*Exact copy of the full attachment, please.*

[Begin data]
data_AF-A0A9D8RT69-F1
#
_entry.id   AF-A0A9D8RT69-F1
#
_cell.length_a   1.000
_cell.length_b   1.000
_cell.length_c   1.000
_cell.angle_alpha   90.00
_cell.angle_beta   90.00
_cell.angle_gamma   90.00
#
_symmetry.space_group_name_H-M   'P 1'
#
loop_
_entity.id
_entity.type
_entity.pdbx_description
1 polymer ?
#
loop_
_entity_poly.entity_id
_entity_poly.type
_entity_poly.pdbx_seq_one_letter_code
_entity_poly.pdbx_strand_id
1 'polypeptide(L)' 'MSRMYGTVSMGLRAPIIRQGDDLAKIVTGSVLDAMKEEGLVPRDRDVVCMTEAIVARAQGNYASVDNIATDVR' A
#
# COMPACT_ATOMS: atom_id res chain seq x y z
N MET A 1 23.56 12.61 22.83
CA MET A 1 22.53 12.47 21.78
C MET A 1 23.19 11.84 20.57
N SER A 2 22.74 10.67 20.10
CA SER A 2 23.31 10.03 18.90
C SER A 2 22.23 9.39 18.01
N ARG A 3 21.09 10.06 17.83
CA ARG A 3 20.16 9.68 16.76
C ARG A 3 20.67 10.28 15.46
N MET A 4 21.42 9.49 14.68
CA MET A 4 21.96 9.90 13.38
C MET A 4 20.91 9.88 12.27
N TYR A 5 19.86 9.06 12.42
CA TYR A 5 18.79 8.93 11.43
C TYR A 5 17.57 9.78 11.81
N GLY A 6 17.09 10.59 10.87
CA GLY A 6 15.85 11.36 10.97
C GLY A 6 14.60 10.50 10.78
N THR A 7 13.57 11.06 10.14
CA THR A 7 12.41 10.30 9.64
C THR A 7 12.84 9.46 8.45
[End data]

data_AF-A0A9D8RT69-F1
#
_entry.id   AF-A0A9D8RT69-F1
#
_cell.length_a   1.000
_cell.length_b   1.000
_cell.length_c   1.000
_cell.angle_alpha   90.00
_cell.angle_beta   90.00
_cell.angle_gamma   90.00
#
_symmetry.space_group_name_H-M   'P 1'
#
loop_
_entity.id
_entity.type
_entity.pdbx_description
1 polymer ?
#
loop_
_entity_poly.entity_id
_entity_poly.type
_entity_poly.pdbx_seq_one_letter_code
_entity_poly.pdbx_strand_id
1 'polypeptide(L)' 'MSRMYGTVSMGLRAPIIRQGDDLAKIVTGSVLDAMKEEGLVPRDRDVVCMTEAIVARAQGNYASVDNIATDVR' A
#
# COMPACT_ATOMS: atom_id res chain seq x y z
N MET A 1 23.56 12.61 22.83
CA MET A 1 22.53 12.47 21.78
C MET A 1 23.19 11.84 20.57
N SER A 2 22.74 10.67 20.10
CA SER A 2 23.31 10.03 18.90
C SER A 2 22.23 9.39 18.01
N ARG A 3 21.09 10.06 17.83
CA ARG A 3 20.16 9.68 16.76
C ARG A 3 20.67 10.28 15.46
N MET A 4 21.42 9.49 14.68
CA MET A 4 21.96 9.90 13.38
C MET A 4 20.91 9.88 12.27
N TYR A 5 19.86 9.06 12.42
CA TYR A 5 18.79 8.93 11.43
C TYR A 5 17.57 9.78 11.81
N GLY A 6 17.09 10.59 10.87
CA GLY A 6 15.85 11.36 10.97
C GLY A 6 14.60 10.50 10.78
N THR A 7 13.57 11.06 10.14
CA THR A 7 12.41 10.30 9.64
C THR A 7 12.84 9.46 8.45